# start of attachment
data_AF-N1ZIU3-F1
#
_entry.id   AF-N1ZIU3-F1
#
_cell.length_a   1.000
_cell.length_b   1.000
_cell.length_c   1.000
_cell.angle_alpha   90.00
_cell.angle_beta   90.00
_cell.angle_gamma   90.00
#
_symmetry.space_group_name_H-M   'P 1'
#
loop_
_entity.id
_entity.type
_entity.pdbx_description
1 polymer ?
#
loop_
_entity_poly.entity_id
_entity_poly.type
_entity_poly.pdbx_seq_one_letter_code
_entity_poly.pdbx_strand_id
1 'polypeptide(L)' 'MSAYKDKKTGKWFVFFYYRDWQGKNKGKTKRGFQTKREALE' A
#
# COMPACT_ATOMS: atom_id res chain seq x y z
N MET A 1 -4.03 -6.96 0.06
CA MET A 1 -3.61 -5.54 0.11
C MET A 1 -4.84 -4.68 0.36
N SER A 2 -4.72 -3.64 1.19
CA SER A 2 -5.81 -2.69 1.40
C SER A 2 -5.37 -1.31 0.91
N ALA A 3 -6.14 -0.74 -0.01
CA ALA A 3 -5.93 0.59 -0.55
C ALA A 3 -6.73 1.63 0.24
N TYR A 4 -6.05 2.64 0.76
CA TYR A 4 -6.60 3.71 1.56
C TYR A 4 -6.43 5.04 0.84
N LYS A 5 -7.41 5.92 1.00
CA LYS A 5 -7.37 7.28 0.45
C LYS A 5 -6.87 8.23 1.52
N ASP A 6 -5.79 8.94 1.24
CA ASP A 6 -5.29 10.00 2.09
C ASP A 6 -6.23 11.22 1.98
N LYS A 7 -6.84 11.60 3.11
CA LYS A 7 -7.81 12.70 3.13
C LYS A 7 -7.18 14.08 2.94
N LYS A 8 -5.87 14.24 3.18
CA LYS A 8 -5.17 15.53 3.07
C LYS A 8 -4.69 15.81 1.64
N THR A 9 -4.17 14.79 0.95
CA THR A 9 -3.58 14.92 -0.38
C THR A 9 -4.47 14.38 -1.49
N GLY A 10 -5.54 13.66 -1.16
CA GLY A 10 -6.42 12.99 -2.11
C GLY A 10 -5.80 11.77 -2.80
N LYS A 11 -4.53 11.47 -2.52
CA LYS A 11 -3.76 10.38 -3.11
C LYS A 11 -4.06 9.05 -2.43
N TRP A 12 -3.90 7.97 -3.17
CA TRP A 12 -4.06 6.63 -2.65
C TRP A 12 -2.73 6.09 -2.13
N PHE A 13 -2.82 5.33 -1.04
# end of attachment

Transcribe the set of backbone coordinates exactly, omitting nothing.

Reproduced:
data_AF-N1ZIU3-F1
#
_entry.id   AF-N1ZIU3-F1
#
_cell.length_a   1.000
_cell.length_b   1.000
_cell.length_c   1.000
_cell.angle_alpha   90.00
_cell.angle_beta   90.00
_cell.angle_gamma   90.00
#
_symmetry.space_group_name_H-M   'P 1'
#
loop_
_entity.id
_entity.type
_entity.pdbx_description
1 polymer ?
#
loop_
_entity_poly.entity_id
_entity_poly.type
_entity_poly.pdbx_seq_one_letter_code
_entity_poly.pdbx_strand_id
1 'polypeptide(L)' 'MSAYKDKKTGKWFVFFYYRDWQGKNKGKTKRGFQTKREALE' A
#
# COMPACT_ATOMS: atom_id res chain seq x y z
N MET A 1 -4.03 -6.96 0.06
CA MET A 1 -3.61 -5.54 0.11
C MET A 1 -4.84 -4.68 0.36
N SER A 2 -4.72 -3.64 1.19
CA SER A 2 -5.81 -2.69 1.40
C SER A 2 -5.37 -1.31 0.91
N ALA A 3 -6.14 -0.74 -0.01
CA ALA A 3 -5.93 0.59 -0.55
C ALA A 3 -6.73 1.63 0.24
N TYR A 4 -6.05 2.64 0.76
CA TYR A 4 -6.60 3.71 1.56
C TYR A 4 -6.43 5.04 0.84
N LYS A 5 -7.41 5.92 1.00
CA LYS A 5 -7.37 7.28 0.45
C LYS A 5 -6.87 8.23 1.52
N ASP A 6 -5.79 8.94 1.24
CA ASP A 6 -5.29 10.00 2.09
C ASP A 6 -6.23 11.22 1.98
N LYS A 7 -6.84 11.60 3.11
CA LYS A 7 -7.81 12.70 3.13
C LYS A 7 -7.18 14.08 2.94
N LYS A 8 -5.87 14.24 3.18
CA LYS A 8 -5.17 15.53 3.07
C LYS A 8 -4.69 15.81 1.64
N THR A 9 -4.17 14.79 0.95
CA THR A 9 -3.58 14.92 -0.38
C THR A 9 -4.47 14.38 -1.49
N GLY A 10 -5.54 13.66 -1.16
CA GLY A 10 -6.42 12.99 -2.11
C GLY A 10 -5.80 11.77 -2.80
N LYS A 11 -4.53 11.47 -2.52
CA LYS A 11 -3.76 10.38 -3.11
C LYS A 11 -4.06 9.05 -2.43
N TRP A 12 -3.90 7.97 -3.17
CA TRP A 12 -4.06 6.63 -2.65
C TRP A 12 -2.73 6.09 -2.13
N PHE A 13 -2.82 5.33 -1.04